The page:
Imperfection

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“We come to love not by finding a perfect person, but by learning to see an imperfect person perfectly.”

– Sam Keen

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Take. Kill. Leave.

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“Take nothing but pictures. Kill nothing but time. Leave nothing but footprints.”

– John Kay

The Paradox of Our Age

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The paradox of our time in history is that we have taller buildings, but shorter tempers; wider freeways, but narrower viewpoints. We spend more, but have less; we buy more, but enjoy it less.

We have bigger houses and smaller families; more conveniences, but less time. More degrees, but less sense; more knowledge, but less judgment; more experts, but more problems; more medicine, but less wellness.

We drink too much, smoke too much, spend too recklessly, laugh too little, drive too fast, get angry too quickly, stay up too late, get up too tired, read too little, and watch TV too much.

We have multiplied our possessions, but reduced our values. We talk too much, love too seldom, and hate too often. We’ve learned how to make a living, but not a life. We’ve added years to life, not life to years.

We’ve been all the way to the moon and back, yet still have trouble crossing the street to meet our new neighbor. We’ve conquered outer space, but not inner space. We’ve done larger things, but not better things. We’ve cleaned up the air, but polluted the soul; we’ve split the atom, but not our prejudice. We write more, but learn less. We plan more, but accomplish less. We’ve learned to rush, but not to wait; have higher incomes, but lower morals; more food, and less appeasement. We build more computers to hold more information to produce more copies than ever, but have less and less communication. We’ve become long on quantity, but short on quality.

These are the times of fast foods and slow digestion; tall men, and short characters; steep profits, and shallow relationships. These are the times of world peace, but domestic warfare; more leisure, but less fun; more food, and less nutrition. These are the days of two incomes, but more divorce; of fancier houses, but broken homes. Of quick trips, disposable diapers, throw away morality, one-night stands, overweight bodies, and pills that do everything from cheer to quiet to kill. It is a time when there is much in the show window and nothing in the stockroom; a time when technology has brought this letter to you, and a time when you can choose either to make a difference, or just to hit delete.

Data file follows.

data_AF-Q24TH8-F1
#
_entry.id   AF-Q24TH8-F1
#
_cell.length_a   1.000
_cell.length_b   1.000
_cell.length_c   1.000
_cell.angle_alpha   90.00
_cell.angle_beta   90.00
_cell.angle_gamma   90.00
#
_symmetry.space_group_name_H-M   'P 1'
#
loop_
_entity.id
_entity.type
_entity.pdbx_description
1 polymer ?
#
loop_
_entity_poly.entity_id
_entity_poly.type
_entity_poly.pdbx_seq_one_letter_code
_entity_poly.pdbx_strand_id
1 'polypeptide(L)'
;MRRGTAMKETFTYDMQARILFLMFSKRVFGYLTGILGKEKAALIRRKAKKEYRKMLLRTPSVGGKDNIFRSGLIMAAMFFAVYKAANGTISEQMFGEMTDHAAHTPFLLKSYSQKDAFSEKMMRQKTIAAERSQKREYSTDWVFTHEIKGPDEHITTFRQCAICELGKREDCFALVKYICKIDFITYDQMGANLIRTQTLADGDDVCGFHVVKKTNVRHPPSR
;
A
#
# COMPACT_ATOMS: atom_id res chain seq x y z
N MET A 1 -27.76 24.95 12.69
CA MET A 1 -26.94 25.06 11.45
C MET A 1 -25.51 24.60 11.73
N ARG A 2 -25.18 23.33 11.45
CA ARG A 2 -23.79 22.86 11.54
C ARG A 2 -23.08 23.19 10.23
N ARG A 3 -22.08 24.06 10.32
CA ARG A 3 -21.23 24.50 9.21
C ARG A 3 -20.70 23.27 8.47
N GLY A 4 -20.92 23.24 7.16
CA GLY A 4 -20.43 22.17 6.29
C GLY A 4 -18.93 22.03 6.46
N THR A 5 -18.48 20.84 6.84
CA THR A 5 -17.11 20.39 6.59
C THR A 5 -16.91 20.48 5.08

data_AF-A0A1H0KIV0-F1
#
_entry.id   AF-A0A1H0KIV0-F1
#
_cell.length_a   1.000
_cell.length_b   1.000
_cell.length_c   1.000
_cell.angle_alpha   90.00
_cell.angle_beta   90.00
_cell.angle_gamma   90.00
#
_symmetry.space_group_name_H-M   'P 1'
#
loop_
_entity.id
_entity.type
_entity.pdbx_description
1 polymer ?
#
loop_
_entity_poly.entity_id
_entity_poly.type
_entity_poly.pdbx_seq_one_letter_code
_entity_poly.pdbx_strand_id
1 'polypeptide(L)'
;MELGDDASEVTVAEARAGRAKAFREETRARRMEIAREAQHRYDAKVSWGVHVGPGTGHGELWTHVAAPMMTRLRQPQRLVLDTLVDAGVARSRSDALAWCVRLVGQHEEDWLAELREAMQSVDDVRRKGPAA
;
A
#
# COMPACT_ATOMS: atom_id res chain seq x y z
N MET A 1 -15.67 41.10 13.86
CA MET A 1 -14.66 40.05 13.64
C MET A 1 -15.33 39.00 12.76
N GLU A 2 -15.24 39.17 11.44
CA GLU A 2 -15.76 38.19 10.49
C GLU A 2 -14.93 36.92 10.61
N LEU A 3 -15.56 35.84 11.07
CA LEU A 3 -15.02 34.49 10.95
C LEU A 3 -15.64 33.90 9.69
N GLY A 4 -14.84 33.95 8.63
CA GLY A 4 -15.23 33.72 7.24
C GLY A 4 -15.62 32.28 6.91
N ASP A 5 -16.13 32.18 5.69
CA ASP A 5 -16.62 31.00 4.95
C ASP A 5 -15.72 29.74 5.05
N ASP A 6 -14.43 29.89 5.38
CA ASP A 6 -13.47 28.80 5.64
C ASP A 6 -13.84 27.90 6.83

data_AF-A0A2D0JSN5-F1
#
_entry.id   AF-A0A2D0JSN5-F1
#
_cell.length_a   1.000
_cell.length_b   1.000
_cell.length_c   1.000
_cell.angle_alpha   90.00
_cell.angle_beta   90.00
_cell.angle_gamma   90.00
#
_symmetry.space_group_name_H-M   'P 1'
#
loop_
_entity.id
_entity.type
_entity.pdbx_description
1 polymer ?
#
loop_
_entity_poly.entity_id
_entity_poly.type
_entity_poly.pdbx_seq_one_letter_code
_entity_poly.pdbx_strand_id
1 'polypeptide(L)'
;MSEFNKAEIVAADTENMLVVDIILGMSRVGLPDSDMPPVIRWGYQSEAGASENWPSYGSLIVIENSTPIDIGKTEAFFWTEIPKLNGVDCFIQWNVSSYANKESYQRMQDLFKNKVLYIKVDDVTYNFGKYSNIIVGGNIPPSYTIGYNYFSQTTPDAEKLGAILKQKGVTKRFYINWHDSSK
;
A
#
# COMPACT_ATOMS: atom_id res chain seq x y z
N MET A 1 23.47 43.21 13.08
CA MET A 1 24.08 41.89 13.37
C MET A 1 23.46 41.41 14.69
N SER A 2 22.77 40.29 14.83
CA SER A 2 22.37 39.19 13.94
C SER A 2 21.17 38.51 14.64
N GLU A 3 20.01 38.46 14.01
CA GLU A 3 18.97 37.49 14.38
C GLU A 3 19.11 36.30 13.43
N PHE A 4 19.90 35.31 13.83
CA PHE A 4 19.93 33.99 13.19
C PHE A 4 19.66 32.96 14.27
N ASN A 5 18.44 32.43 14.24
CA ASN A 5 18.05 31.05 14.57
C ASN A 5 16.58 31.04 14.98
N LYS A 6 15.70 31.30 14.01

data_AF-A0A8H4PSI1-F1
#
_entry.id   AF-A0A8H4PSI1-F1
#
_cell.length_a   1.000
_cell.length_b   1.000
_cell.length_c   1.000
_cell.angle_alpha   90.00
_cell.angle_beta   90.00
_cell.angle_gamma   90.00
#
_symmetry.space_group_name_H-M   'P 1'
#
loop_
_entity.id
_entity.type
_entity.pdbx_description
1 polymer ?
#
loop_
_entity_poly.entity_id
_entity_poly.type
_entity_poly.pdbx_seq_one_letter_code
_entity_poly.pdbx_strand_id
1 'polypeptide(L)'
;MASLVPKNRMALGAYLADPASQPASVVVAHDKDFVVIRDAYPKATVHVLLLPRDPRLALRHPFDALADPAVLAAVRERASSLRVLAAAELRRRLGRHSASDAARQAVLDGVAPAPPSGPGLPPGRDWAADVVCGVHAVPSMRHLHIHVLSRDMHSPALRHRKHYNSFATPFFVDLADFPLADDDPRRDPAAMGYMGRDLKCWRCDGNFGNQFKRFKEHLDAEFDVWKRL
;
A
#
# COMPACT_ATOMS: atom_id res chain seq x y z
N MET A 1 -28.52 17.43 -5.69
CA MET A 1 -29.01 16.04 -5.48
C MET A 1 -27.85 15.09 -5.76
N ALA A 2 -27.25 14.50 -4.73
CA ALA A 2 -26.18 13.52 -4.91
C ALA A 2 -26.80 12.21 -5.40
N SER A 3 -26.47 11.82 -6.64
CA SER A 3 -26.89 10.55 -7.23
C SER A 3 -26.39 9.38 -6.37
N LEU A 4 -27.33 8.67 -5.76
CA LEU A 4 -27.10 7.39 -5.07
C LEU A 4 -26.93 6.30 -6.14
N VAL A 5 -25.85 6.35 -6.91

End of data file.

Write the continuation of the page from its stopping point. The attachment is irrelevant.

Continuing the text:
– Dr. Bob Moorehead

Ten rules for being human

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  1. You will receive a body. You may like it or hate it, but it’s yours to keep for the entire period.
  2. You will learn lessons. You are enrolled in a full-time informal school called, “life.”
  3. There are no mistakes, only lessons. Growth is a process of trial, error, and experimentation. The “failed” experiments are as much a part of the process as the experiments that ultimately “work.”
  4. Lessons are repeated until they are learned. A lesson will be presented to you in various forms until you have learned it. When you have learned it, you can go on to the next lesson.
  5. Learning lessons does not end. There’s no part of life that doesn’t contain its lessons. If you’re alive, that means there are still lessons to be learned.
  6. “There” is no better a place than “here.” When your “there” has become a “here”, you will simply obtain another “there” that will again look better than “here.”
  7. Other people are merely mirrors of you. You cannot love or hate something about another person unless it reflects to you something you love or hate about yourself.
  8. What you make of your life is up to you. You have all the tools and resources you need. What you do with them is up to you. The choice is yours.
  9. Your answers lie within you. The answers to life’s questions lie within you. All you need to do is look, listen, and trust.
  10. You will forget all this.

– Cherie Carter-Scott